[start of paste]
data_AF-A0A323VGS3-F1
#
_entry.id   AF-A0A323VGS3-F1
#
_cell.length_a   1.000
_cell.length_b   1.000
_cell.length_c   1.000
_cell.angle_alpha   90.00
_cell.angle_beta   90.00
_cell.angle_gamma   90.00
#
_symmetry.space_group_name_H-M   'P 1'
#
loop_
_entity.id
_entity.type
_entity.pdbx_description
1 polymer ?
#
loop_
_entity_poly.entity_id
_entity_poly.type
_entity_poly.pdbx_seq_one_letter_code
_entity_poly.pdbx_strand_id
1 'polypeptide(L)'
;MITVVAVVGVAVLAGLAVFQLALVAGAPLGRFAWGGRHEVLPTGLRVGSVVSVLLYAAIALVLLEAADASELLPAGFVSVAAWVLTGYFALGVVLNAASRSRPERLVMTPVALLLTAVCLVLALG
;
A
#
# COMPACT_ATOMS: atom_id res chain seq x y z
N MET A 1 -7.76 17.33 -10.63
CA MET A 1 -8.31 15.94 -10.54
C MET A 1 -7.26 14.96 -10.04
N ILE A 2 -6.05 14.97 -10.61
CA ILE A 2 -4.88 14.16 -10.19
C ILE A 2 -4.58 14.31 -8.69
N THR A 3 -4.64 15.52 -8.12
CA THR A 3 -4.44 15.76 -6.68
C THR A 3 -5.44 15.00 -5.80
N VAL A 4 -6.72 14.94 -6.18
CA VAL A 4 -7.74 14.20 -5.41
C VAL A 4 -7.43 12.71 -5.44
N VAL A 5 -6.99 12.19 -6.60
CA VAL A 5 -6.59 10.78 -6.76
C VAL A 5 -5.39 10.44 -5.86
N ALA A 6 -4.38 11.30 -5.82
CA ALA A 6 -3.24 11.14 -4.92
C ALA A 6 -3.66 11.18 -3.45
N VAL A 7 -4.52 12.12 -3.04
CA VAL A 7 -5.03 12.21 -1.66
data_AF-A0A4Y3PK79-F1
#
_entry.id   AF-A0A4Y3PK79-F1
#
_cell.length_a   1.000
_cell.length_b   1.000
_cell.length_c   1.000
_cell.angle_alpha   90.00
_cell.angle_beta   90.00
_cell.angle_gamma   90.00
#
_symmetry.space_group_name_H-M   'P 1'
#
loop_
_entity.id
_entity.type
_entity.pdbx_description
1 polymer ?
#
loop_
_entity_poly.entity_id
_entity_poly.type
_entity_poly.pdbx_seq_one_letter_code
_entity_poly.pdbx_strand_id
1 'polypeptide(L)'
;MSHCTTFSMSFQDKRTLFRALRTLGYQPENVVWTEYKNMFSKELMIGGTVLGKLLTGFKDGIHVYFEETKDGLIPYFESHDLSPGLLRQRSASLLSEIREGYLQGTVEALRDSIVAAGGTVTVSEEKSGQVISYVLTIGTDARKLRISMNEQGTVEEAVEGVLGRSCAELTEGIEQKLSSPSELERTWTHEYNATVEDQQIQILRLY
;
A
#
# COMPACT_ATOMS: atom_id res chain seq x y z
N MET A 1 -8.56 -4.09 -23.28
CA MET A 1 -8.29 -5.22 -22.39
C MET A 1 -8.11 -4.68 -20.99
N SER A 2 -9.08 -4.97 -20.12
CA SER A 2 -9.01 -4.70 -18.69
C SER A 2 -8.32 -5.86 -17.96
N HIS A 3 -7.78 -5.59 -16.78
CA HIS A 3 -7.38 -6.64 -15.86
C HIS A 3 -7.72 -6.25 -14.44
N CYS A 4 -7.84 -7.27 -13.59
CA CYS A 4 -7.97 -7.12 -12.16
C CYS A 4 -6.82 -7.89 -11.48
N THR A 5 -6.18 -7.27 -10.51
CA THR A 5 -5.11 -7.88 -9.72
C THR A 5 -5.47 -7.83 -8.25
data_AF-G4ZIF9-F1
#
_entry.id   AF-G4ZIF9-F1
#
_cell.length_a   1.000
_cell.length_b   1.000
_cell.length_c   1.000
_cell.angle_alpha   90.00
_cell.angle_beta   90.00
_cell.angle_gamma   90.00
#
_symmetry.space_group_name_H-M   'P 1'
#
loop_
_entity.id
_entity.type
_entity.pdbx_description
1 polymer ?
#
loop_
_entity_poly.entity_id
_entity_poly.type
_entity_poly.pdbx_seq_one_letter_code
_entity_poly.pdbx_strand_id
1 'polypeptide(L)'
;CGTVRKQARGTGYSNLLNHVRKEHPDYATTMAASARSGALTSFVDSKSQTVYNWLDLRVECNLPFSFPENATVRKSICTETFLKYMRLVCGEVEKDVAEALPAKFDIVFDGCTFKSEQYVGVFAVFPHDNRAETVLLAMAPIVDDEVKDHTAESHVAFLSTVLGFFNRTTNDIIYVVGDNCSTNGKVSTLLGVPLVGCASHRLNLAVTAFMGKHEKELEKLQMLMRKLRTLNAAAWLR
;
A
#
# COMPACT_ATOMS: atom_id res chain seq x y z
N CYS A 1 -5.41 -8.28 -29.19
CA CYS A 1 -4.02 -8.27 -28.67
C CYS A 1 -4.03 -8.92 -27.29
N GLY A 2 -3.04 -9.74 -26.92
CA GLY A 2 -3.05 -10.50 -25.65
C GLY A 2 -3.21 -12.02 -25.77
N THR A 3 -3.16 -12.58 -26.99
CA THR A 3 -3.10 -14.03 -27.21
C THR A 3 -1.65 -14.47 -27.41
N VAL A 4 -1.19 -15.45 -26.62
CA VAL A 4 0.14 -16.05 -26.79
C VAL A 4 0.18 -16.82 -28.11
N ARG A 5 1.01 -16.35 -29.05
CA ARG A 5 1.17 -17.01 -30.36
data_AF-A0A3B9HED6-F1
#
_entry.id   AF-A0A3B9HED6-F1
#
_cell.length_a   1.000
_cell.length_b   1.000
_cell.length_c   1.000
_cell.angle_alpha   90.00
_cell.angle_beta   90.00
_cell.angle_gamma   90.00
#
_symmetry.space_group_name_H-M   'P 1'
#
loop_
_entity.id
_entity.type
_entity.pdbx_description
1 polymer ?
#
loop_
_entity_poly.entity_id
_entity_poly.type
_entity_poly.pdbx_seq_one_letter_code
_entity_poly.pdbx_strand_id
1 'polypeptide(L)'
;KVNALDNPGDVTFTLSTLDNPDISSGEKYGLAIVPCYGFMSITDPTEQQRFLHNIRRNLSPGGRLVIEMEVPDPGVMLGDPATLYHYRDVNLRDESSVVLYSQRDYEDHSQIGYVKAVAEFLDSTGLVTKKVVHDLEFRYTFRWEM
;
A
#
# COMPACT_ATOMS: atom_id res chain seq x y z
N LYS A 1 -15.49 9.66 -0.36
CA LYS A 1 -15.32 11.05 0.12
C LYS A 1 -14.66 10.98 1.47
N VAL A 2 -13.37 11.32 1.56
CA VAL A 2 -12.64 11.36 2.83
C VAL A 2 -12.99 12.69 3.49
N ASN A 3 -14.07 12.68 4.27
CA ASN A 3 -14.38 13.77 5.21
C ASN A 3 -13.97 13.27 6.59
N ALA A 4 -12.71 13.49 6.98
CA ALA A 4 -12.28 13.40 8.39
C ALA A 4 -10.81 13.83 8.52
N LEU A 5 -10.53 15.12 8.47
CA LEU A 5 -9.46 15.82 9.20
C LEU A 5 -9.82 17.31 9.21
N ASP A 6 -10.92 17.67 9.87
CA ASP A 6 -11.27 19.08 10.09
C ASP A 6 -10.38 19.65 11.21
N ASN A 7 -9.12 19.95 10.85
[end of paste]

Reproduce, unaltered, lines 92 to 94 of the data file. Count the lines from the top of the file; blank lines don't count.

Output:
C CYS A 4 -6.82 -7.89 -11.48
N THR A 5 -6.18 -7.27 -10.51
CA THR A 5 -5.11 -7.88 -9.72